COTTONWOOD – After a presentation Tuesday evening at a work session, Cottonwood City Council gave staff direction on which revenue opportunities and cost-cutting measures they wanted to get more information on as the budget gets hammered out.
Council agreed to explore a sales tax increase; fees; consolidating services; getting outside agencies to be more competitive when asking for financial support; and merit levels for employees.
Off the table is privatizing the Cottonwood Recreation Center. Closing the softball facility and the library were also frowned upon.
Council Member Tosca Henry asked during the work session if there was a clear goal for the budget.
“[Tuesday] night, council was asked to give direction to staff regarding increasing revenue streams and cutting costs, after being advised that we needed to make ‘drastic’ cuts or revenue increases to address a budget deficit,” responded Henry to an email sent by the Verde Independent.
“However, no information was provided as to the amount of the budget deficit, in order for council to provide guidance on how to address it. Do we need to cut costs or increase revenue to meet a $200,000 shortfall or a $2 million shortfall? If there is no shortfall, and we have a balanced budget, adequate reserves, and are addressing debt service appropriately, as council was informed by staff last year, then I am not interested in increasing costs and fees merely for the sake of increasing them,” said Henry.
“City Manager [Doug] Bartosh summed it up nicely when he said ‘it is incumbent on staff to say ‘here is the budget, here is the shortfall, how do we address it.’ That information was not provided last night, causing council to give direction without information of the amount of the anticipated shortfall,” she added.
When asked if it is typically known what the financial need is before suggestions are made, Bartosh told the Verde Independent, “Yes, the staff has a good idea of what the needs are because we live it day to day and our role is to be able to justify those needs to the city council. The council is then equipped to provide direction. The council had good questions last night and their need for further information is an important part of their role in protecting the public’s investment.”
Below are highlights of the presentation given at the work session.
Possible revenue opportunities
Transaction Privilege Tax (TPT)
Cottonwood’s Transaction Privilege Tax is 3 percent. The city does not have a property tax.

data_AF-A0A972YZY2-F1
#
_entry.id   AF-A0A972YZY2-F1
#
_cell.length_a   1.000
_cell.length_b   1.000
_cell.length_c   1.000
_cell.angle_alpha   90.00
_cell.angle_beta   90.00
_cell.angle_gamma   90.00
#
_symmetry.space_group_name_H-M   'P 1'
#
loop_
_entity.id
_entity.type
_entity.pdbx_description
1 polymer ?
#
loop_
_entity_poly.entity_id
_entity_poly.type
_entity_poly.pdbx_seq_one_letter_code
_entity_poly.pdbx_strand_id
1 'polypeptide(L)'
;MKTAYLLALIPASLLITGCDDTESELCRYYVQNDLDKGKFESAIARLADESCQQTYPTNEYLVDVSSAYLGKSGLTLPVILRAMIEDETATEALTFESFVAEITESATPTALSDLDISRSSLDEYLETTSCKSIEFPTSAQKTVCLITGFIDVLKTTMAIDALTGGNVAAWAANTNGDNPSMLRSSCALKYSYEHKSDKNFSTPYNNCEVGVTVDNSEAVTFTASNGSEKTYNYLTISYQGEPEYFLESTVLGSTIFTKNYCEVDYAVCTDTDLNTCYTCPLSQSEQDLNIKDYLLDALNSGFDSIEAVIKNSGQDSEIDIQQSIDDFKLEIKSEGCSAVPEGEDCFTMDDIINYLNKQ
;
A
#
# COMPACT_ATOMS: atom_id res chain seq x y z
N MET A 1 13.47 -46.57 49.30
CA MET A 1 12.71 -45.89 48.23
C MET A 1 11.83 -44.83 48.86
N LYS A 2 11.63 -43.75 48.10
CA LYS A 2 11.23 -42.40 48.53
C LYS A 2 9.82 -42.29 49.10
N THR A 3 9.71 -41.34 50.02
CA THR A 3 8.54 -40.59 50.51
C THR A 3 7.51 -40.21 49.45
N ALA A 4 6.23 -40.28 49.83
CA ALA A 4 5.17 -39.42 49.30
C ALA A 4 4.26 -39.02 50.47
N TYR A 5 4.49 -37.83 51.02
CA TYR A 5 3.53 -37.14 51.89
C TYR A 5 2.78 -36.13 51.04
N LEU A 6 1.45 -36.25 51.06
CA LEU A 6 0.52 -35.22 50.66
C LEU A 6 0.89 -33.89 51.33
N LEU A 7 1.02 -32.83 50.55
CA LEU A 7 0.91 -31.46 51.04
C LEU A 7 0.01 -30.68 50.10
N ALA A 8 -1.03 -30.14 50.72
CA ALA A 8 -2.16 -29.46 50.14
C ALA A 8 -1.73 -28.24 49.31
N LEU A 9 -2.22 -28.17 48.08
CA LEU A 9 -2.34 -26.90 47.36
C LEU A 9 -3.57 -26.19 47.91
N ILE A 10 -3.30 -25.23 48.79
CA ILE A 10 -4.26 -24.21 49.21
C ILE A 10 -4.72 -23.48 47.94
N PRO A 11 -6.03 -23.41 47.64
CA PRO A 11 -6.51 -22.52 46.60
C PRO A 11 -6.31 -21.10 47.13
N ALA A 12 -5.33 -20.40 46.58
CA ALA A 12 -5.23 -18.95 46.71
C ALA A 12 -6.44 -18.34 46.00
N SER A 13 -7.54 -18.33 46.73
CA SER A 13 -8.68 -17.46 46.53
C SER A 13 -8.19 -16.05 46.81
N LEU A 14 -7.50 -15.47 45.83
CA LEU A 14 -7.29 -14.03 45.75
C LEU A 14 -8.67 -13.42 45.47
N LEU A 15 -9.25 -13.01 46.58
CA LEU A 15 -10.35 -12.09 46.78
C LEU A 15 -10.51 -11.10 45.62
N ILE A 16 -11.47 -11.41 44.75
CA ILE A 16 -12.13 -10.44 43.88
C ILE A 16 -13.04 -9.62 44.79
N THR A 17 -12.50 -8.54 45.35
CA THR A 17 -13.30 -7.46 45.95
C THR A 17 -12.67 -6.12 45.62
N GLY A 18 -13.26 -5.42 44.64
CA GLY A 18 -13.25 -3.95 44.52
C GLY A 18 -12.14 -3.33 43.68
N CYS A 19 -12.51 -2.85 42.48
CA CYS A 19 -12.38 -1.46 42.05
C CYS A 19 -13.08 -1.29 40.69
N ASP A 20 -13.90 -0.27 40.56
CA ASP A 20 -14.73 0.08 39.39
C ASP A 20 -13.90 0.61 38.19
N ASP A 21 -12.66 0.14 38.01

As a point of comparison, Camp Verde (special district property tax and sanitary district debt retirement) is 3.65 percent; Sedona is 3.5 percent; Clarkdale (general property tax and fire district tax) is 3 percent; and Jerome (general property tax) is 3.5 percent.
Cottonwood’s FY 2017 taxable sales were $485,619,633; and FY 2017 collections were $14,658,589.
Sales tax revenue opportunities
Possible TPT revenue opportunities include instituting a use tax (item is currently tabled) and instituting a transient tax (bed tax).
Reviewing current fees
Revenue opportunities can come from reviewing current fees, such as community development; right of way permit; grading permits; plan review; airport rents and leases; recreation center; water/waste water rates; dog licenses; and business registration.
Develop new fees
New fees that can be developed to increase revenue include storm water fees for storm water costs; fees for developers to meet with staff; and capacity fees for water/waste water.
Another option for revenue would be property tax. It is not favored by the council.
Possible cost-cutting measures
Possible cost-cutting measures highlighted in the presentation include: reduce building and park maintenance services (such as closing the softball facility; $9,000 budgeted for annual cleanup; eliminate city sponsored events; privatize recreation center (not for consideration); Verde Santa Fe and Village Water; close outdoor pool; consolidate Services; contractual Services instead of in-house; reduce pavement preservation and sidewalk budgets to pre-FY2018 amounts; reduce hours or close services at public facilities (such as library and youth center- not favored by council); reduce or eliminate outside agency support; and develop leasing program with Enterprise for fleet management.
Insurance, merit, longevity, and cost of living adjustment could be reviewed for cost-cutting measures.
If there is a reduction in force, the newest employees will be cut first. It would cause issues with the ability for the City to provide essential services. FY 2019 staffing requests include 11 full-time employees, three part-time employees, and 15 job reclassifications effecting 26 employees. State mandated minimum wage increases also effects this area.